Of course, this can be easily extended to physical security events as well, whereby anomaly detection activities from badge swipes during off-hours, large data transfers near negative HR events and printer usage can be triangulated.
At this point, you may be wondering where I am going with all of these recommendations. Some may suggest that the recommendations are great in theory but not very realistic in practice due to the resource costs associated. In my experience, organizations sometimes have fallen into a pattern of complacency where they are content with throwing people at the problem, creating an unsustainable cycle of pain. In automation activities, we seek to bust out of that frame of thinking by reducing the signal to noise associated with DLP.
Ultimately, the end goal is to have a solid defense-in-depth strategy that uses myriad countermeasures to slow or minimize the amount of damage the organization is afflicted with as a result of a data loss incident. As my colleague Dr. Eric Cole suggests, “Prevention is ideal, but detection is a must.” (Keynote, 2010) Automation extends Data Loss Prevention to Data Loss Prevention and Detection.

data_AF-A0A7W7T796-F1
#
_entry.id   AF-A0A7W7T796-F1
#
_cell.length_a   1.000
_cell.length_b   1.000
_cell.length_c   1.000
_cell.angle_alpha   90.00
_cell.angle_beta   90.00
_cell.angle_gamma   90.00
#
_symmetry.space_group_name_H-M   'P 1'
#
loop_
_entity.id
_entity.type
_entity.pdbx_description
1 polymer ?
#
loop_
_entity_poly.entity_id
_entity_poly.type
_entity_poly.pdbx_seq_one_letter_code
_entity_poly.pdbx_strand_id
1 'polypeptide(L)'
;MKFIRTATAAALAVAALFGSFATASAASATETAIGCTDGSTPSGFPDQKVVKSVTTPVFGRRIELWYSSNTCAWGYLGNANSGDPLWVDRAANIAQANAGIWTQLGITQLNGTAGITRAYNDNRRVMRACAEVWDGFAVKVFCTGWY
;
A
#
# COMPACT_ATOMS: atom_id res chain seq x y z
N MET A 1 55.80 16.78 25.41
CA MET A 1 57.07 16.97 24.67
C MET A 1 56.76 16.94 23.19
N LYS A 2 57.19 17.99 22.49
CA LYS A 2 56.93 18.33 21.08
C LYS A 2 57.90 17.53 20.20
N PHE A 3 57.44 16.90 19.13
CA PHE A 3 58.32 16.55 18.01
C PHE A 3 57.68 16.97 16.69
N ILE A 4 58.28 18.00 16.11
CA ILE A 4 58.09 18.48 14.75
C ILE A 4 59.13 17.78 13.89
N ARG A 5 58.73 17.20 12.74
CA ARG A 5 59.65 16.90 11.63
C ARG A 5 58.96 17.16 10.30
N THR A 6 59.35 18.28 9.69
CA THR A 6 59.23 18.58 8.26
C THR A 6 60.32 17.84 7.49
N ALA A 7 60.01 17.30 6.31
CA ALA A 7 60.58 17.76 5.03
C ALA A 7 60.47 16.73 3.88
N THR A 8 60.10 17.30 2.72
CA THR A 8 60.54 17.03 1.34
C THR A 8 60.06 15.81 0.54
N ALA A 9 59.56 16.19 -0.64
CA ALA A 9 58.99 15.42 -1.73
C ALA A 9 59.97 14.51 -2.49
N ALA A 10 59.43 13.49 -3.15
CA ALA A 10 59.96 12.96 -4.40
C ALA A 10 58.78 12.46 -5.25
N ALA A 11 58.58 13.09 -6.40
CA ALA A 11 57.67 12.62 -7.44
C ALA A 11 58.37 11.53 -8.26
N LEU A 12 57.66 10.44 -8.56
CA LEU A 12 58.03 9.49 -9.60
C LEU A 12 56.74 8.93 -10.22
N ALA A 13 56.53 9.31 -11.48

As we look forward to the final installment of this blog series, consider the value that can be gained by integrating your DLP investments with other components of your security fabric. What other opportunities exist to provide greater visibility to the security operations? Got an idea that I have not covered? Give me your feedback. Let’s build a better mousetrap together.
Cole, E. (Performer). (2010). Keynote. Charlotte, NC.
Ponemon Institute, LLC. (2013). 2013 Cost of Data Breach Study: Global Analysis. Traverse City: Ponemon Institute.